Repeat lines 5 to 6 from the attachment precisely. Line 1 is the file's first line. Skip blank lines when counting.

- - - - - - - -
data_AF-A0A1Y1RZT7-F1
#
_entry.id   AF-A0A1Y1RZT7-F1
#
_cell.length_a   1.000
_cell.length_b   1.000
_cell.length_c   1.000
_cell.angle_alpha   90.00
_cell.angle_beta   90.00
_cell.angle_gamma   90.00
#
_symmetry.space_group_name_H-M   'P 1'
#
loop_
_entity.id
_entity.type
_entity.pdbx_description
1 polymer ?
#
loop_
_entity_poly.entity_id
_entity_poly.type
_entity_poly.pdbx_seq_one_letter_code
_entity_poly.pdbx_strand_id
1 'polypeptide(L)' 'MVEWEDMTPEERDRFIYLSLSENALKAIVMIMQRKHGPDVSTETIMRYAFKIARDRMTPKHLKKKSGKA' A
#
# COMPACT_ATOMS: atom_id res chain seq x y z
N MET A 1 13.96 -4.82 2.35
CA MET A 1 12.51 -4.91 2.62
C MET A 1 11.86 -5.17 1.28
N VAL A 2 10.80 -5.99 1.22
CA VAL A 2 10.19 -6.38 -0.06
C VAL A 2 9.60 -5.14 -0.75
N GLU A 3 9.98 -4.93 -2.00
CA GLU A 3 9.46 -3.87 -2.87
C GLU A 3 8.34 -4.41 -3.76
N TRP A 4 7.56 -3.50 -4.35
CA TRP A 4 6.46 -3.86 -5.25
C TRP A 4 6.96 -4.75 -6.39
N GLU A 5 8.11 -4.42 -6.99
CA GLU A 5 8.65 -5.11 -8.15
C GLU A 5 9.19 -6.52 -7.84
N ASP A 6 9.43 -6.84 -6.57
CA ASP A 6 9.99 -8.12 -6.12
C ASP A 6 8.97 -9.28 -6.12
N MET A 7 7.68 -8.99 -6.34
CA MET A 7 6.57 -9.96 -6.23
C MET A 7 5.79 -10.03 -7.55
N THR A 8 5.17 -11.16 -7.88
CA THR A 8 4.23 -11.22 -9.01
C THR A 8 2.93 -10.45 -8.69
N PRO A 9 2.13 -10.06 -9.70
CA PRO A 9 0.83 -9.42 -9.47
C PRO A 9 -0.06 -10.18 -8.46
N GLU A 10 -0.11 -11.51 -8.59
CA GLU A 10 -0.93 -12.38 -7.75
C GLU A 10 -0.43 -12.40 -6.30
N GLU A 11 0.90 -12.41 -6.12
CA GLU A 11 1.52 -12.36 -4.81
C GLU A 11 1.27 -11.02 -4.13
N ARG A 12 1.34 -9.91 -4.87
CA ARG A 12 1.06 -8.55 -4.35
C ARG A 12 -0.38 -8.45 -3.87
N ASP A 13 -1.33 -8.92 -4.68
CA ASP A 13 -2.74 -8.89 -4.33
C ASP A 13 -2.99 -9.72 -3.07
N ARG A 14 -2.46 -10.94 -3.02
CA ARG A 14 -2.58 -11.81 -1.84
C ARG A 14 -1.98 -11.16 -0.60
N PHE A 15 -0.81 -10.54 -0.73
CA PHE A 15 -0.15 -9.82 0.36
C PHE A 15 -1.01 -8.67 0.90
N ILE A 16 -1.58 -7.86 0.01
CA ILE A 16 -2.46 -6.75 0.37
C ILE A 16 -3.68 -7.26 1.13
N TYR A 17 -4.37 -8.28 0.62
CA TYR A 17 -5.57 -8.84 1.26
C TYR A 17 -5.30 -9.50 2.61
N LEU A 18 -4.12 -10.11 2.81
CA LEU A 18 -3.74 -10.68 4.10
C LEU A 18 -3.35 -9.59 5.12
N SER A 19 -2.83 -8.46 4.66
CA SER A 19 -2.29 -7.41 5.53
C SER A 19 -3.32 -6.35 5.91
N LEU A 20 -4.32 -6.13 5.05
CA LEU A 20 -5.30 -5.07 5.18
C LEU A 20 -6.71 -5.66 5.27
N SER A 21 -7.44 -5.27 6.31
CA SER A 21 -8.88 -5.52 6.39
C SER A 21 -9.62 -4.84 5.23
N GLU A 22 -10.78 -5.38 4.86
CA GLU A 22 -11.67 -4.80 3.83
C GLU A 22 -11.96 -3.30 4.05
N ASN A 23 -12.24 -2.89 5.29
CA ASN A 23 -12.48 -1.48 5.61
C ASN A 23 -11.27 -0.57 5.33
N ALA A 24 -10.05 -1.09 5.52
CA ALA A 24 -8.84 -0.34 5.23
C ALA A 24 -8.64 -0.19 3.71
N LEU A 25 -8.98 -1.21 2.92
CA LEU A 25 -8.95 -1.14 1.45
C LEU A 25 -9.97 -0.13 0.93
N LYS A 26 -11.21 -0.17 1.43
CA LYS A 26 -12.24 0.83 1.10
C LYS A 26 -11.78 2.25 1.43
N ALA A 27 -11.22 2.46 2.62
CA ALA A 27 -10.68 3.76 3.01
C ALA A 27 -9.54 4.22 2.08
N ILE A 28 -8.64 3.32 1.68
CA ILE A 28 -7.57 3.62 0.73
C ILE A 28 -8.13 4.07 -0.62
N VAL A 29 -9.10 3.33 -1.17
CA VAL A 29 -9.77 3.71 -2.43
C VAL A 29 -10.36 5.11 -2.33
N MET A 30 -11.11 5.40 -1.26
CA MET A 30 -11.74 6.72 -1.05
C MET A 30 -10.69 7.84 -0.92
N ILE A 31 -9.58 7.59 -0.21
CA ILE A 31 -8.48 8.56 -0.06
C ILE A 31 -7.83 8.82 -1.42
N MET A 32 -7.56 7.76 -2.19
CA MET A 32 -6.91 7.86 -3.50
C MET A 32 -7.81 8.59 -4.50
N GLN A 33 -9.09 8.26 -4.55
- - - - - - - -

_cell.length_a   1.000
_cell.length_b   1.000